Australians are more optimistic than most nations about their country’s innovation potential, according to a GE report which reveals the country moved up three spots to 13th in the global innovation ranks.
Despite the jump, Australia still trails countries such as the United States, Germany and Japan.
The independent GE Innovation Barometer Report surveyed 3,100 senior business executives in 25 countries, including 100 respondents in Australia.
GE found the majority of Australian executives believed Australia’s innovation framework encouraged innovation: 67% per cent of Australian executives surveyed said they believed the Australian market is strongly “innovation conducive”.
Only 52% of global respondents thought so, indicating Australia’s perception of its innovation capacity exceeds global perceptions.
This time last year the GE survey found 31% of the 100 Australian businessmen felt the innovation environment had not improved over the past five years.
The report also found the majority of Australian business leaders thought Australia was struggling to commercialise new products and innovation, and access to public funding for innovation needed to be simplified.
Almost half of Australian business leaders said mining data inside and outside the company and developing their ability to leverage that data was a strategic priority.
Despite Australians’ greater appreciation of the need to innovate, Roy Green, the dean of the University of Technology Sydney business school, says Australian businesses are good at integrating new innovative technologies, but struggle to develop their own.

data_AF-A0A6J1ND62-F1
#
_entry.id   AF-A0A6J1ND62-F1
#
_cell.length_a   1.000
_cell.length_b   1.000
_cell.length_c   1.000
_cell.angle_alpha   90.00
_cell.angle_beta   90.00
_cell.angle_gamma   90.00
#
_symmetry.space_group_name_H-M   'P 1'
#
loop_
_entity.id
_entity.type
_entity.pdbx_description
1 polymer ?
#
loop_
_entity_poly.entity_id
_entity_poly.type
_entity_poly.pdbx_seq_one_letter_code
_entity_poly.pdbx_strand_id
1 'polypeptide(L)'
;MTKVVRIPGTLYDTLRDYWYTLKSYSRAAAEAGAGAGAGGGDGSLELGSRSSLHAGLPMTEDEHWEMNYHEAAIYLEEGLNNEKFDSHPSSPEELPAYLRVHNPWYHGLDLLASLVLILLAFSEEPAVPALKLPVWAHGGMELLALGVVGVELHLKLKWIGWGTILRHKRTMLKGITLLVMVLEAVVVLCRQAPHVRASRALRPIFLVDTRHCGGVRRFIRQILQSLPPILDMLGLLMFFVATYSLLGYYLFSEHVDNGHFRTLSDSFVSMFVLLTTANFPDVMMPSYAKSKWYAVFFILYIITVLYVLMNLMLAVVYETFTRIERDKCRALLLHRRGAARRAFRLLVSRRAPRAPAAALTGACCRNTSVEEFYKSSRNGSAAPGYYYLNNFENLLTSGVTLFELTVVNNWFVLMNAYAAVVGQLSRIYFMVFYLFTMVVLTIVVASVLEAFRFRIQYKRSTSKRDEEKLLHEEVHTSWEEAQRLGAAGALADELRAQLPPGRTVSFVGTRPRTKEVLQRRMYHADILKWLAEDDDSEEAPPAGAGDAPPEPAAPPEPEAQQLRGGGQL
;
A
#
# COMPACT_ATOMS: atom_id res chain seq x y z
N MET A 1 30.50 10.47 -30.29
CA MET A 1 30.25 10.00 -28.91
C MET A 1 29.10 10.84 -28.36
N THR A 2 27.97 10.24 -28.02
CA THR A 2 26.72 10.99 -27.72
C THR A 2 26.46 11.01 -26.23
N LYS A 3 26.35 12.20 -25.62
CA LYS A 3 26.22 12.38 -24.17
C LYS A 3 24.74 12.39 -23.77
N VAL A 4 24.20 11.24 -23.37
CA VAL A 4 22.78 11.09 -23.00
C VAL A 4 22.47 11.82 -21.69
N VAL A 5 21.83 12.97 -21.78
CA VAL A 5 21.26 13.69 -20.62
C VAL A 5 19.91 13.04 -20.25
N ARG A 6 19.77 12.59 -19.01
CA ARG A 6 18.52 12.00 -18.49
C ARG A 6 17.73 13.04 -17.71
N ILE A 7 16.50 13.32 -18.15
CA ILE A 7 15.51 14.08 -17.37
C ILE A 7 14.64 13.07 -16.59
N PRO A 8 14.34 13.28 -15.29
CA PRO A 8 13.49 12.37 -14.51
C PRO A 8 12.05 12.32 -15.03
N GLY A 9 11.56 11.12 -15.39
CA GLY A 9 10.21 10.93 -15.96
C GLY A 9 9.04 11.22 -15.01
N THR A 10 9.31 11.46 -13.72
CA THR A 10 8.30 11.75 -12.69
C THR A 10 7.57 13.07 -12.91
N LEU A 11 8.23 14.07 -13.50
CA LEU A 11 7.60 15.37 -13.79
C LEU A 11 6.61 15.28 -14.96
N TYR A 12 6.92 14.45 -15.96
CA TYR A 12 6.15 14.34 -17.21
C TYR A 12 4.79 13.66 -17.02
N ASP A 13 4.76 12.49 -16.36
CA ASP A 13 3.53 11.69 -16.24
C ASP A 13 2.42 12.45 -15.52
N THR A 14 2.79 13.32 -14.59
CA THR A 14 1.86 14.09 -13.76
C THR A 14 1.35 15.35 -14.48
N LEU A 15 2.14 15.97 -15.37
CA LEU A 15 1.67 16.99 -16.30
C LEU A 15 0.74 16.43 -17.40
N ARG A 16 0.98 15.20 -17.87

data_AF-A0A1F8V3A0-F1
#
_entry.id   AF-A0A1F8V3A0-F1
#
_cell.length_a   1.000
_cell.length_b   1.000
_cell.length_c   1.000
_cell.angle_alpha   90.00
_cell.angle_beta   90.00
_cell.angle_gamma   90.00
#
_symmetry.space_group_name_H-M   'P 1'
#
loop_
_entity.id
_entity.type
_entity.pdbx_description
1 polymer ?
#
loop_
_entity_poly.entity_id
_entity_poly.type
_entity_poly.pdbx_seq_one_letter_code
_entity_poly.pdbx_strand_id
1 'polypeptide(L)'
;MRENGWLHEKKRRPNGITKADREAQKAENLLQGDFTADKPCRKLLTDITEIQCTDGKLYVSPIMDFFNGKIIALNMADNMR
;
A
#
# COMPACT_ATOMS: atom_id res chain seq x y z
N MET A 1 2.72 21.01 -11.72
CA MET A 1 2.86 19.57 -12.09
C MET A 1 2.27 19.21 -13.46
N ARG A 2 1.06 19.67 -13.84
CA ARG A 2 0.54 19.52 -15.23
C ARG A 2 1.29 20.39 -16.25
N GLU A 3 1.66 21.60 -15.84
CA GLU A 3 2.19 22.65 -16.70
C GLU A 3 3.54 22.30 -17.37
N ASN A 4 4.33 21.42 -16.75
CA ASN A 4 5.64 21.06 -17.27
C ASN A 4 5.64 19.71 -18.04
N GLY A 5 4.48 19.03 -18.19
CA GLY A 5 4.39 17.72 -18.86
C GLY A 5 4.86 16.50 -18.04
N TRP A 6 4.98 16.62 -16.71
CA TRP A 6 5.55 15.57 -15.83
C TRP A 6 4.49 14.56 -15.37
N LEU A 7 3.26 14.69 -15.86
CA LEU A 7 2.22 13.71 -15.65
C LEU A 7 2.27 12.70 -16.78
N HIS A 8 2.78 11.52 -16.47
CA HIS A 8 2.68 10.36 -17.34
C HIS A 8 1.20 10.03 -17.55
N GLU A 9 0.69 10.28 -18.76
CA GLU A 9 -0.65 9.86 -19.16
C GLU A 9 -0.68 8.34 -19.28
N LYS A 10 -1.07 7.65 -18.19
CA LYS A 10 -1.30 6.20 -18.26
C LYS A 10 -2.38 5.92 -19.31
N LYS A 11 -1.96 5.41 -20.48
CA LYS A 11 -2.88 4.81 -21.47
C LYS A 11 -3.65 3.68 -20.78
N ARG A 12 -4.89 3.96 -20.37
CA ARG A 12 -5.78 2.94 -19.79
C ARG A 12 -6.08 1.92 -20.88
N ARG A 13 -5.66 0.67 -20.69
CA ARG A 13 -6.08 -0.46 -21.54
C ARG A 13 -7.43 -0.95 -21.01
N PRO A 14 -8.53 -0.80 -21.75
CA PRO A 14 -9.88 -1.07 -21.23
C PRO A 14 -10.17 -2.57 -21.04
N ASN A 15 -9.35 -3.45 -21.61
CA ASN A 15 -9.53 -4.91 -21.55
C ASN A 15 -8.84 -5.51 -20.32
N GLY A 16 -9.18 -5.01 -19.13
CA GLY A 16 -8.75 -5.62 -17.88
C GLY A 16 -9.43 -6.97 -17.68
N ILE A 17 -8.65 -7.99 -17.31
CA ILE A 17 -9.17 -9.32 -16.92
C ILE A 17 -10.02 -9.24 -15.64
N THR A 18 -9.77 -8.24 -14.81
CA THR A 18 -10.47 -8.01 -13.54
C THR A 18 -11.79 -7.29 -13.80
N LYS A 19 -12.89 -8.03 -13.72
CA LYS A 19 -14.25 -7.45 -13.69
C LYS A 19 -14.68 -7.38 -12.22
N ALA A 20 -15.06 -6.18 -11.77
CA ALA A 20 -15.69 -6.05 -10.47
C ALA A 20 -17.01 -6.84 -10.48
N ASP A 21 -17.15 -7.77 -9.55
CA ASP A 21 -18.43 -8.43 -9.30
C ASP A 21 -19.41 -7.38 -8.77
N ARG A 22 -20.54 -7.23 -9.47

“We’re definitely in the fast follower camp and we’re quite good at technology absorption.
“Locally we have a very strong science and technology community, but have a lot of trouble commercialising ideas in the market place compared to other countries.
“We’re not so good at originating ideas,” Green says.
He says Australia’s other problem lies in the venture capital market.
“Our venture capital market is not as highly developed as other countries.
“You don’t have to be as big a country as the US to have a strong capital market. There are many smaller countries that make capital available, for example, Israel, Finland and Singapore.
“You have to ask a question about the role of our huge managed funds industry and the regulations governing their investments if new technologies, designs and approaches are seen as too risky in the context of their obligations,” Green says.
Just under 90% per cent of Australian respondents said the country’s financial environment should be more open to venture capital, 12 points higher than the global average.
This article was first published on SmartCompany.